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My first piece for Vice: "Beagle claims that Cochran is capitalizing on the lasting popularity of The Last Unicorn and defaming the 76-year-old author by suggesting his mental state was "deteriorating." Cochran shot back in Oakland court last week, saying Beagle's girlfriend, Peggy Carlisle, has been abusing him for years and that attorney Kathleen Hunt is trying to usurp Cochran as Beagle's manager. No matter who's right, it seems someone is exploiting Beagle."
Peter S. Beagle claims his manager stole revenue, dragged him through exhausting publicity tours, and once made him personally sign 5,000 apology notes when he cancelled a series of appearances.
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Our culture is based in individualism and self-determination, in the belief that everyone can make it if they try hard enough. It’s an incredibly hopeful, optimistic belief, but it’s also toxically wrong. Nobody gets anywhere without help, and plenty of people need lots of it. But it gets tricky trying to help people who are addicted or mentally ill, because many will refuse, even if that’s the only way they can hope to get better. Most homeless don’t choose to be homeless. But some will reject the very things that could get them out of it. How do we help when doing so might mean making choices for someone else, even if they don’t want us to? I don’t know the answer. But it’s a question worth asking.
One day when my daughter was a baby, I was walking around San Francisco’s Westfield shopping center with her in a baby carrier when we passed a man dozing on the rim of a large potted plant. He was older, a bit disheveled, sitting in a wheelchair with his head resting on his arms like …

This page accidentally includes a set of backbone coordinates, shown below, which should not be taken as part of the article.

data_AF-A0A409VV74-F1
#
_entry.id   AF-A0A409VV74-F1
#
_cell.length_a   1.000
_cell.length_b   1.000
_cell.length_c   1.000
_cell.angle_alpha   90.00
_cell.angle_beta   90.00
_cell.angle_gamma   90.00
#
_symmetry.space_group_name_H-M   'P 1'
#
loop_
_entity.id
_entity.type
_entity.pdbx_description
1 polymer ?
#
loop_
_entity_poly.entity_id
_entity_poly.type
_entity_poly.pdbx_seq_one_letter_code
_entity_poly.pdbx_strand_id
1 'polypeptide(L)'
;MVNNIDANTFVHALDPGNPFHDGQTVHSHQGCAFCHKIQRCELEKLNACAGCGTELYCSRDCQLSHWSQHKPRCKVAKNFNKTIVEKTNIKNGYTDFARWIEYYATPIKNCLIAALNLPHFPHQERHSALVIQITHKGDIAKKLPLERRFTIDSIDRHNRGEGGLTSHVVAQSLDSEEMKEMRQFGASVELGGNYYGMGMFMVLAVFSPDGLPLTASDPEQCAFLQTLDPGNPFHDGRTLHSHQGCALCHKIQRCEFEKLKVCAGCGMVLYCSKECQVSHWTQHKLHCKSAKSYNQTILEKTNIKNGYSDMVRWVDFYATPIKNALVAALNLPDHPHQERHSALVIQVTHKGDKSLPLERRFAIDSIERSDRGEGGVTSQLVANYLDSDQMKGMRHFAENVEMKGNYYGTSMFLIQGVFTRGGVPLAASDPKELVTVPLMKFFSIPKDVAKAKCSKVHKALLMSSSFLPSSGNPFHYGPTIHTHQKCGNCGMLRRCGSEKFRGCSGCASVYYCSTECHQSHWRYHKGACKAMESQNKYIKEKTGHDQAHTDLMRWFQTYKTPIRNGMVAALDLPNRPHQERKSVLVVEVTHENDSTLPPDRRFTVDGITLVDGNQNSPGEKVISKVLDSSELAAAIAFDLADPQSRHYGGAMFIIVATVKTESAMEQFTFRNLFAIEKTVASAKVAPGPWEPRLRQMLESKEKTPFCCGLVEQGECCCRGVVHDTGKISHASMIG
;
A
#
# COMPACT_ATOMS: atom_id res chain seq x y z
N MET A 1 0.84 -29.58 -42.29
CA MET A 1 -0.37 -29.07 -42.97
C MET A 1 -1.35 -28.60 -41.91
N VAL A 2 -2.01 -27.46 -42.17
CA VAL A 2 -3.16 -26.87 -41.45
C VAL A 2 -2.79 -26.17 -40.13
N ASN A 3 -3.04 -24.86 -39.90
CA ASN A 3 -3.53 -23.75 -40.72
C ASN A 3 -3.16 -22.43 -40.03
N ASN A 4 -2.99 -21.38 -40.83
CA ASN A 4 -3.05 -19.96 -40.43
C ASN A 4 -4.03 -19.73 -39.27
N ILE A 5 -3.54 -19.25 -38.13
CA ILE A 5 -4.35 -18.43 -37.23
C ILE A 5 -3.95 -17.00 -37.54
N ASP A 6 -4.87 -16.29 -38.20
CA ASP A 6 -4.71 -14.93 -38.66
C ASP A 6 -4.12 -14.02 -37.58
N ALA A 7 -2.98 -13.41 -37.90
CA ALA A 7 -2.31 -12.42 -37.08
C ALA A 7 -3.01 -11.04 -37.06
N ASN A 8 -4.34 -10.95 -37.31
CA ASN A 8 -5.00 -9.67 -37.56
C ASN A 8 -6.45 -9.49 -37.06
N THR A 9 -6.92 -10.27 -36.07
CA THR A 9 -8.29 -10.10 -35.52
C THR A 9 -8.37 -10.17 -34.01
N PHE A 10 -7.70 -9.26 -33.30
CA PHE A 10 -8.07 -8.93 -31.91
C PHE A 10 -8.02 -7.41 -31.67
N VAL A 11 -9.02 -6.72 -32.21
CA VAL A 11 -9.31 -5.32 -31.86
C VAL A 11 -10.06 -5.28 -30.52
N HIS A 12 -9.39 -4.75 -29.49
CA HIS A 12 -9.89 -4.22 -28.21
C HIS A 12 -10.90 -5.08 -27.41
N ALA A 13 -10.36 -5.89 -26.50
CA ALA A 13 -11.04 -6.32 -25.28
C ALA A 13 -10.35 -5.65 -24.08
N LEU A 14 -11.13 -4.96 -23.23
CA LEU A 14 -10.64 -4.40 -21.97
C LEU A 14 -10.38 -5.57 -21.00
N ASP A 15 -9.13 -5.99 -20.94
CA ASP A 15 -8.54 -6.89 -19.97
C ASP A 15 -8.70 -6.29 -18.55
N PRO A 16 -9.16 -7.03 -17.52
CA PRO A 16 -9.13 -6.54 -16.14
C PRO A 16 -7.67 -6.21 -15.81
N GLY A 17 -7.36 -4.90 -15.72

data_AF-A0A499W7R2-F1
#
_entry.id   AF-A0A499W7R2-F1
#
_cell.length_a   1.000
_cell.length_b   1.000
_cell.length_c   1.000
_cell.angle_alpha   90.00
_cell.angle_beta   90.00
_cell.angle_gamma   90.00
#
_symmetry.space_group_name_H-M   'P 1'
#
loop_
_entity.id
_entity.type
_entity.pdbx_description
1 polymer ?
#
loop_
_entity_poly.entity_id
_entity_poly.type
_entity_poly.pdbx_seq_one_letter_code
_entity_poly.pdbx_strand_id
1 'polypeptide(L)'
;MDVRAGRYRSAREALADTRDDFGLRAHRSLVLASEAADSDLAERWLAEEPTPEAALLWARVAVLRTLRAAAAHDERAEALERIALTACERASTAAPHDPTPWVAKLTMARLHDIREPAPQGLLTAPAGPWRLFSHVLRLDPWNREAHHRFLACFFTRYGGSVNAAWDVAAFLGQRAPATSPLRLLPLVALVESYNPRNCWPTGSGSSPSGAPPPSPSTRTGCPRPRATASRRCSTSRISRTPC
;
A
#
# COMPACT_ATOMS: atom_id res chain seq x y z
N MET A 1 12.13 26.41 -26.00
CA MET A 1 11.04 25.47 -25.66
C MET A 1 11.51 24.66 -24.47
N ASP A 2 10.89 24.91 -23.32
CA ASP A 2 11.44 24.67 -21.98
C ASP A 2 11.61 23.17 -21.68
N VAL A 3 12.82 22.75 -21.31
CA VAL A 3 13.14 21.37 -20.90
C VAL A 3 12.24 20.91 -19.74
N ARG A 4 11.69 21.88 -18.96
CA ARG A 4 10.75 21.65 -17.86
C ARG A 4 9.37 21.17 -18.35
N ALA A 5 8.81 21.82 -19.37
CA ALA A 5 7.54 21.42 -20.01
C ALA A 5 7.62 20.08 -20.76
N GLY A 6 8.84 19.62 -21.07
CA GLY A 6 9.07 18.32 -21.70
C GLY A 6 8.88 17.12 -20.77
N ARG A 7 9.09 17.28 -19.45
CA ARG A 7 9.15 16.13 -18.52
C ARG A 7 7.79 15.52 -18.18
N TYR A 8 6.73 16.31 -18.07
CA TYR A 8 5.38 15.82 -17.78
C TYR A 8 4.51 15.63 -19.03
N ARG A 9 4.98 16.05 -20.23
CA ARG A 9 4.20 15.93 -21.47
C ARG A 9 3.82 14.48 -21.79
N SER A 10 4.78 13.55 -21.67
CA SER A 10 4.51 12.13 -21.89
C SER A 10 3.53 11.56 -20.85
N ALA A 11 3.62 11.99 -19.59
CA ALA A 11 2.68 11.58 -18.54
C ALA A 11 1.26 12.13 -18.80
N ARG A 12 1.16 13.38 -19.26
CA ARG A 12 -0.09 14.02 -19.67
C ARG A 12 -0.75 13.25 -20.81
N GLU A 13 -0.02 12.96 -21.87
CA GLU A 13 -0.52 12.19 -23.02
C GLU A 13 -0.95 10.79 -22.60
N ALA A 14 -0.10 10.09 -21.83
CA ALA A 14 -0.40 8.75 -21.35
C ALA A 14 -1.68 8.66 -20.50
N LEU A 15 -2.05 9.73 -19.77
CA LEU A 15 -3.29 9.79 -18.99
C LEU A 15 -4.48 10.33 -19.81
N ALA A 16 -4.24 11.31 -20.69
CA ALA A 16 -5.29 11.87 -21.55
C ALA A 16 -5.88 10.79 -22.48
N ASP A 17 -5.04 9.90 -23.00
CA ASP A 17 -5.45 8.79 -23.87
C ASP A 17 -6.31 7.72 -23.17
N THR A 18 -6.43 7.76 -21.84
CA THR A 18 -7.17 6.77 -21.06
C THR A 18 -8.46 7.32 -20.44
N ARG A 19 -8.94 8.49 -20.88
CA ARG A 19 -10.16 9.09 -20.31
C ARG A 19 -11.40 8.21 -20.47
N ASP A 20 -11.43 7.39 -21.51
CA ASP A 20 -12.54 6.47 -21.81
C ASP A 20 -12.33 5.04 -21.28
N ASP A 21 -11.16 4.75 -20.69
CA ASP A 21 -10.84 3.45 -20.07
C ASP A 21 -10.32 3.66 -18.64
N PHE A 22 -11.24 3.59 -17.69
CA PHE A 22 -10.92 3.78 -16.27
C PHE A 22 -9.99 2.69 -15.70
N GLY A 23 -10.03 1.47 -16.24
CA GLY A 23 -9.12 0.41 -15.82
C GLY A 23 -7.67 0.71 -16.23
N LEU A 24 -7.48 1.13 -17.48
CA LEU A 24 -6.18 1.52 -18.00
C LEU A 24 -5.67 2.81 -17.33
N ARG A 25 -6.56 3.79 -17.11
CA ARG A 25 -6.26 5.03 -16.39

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This same toxic "bootstraps" culture has long been a problem for the disabled - and it's no coincidence that many disabled people are homeless.
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Have her in circles
1,029 people
GAAT CO's profile photo
Mantas Sileikis's profile photo
Heather Greene's profile photo
natalii tulgar's profile photo
Howard Mintz's profile photo
Jacob Resneck's profile photo
I am Benny Hinn's profile photo
Kerry Benn's profile photo
Daniel Magee's profile photo
Work
Occupation
Journalist
Employment
  • SF Writers' Grotto
    Member, present
  • Wear Your Voice
    Senior Editor, present
    Wear Your Voice is your source for intersectional feminist media. http://wearyourvoicemag.com/
Basic Information
Gender
Female
Relationship
In a domestic partnership
Story
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Journalist and author
Introduction
I'm a journalist and writer whose work has appeared in the Guardian (but not the Bay Guardian), the New Yorker, Mother Jones, Wired, Ars Technica, USA Today, the San Francisco Chronicle, the SF Weekly, the San Francisco Examiner, PopMatters, Addicted to Noise and others. 

I'm also the author of several books, including "The Columbine Effect, "Sacred Sonoma," "Read the Music," and "Beloved" (no, not the Toni Morrison one). Find out more at www.bethwinegarner.com.
Education
  • University of California at Berkeley
    Sociology, 1994 - 1994
  • Santa Rosa Junior College
    Journalism, 1991 - 1994
It's great for folks who have multiple allergies to be able to come to a place like this and have lots of options. I had their chocolate cupcake, chocolate cream pie and peanut butter cookie, and all were tasty and satisfying. The Fremont location is comfortable with plenty of seating. I didn't try the savory foods or drinks, so I can't comment on those.
Public - 2 years ago
reviewed 2 years ago
1 review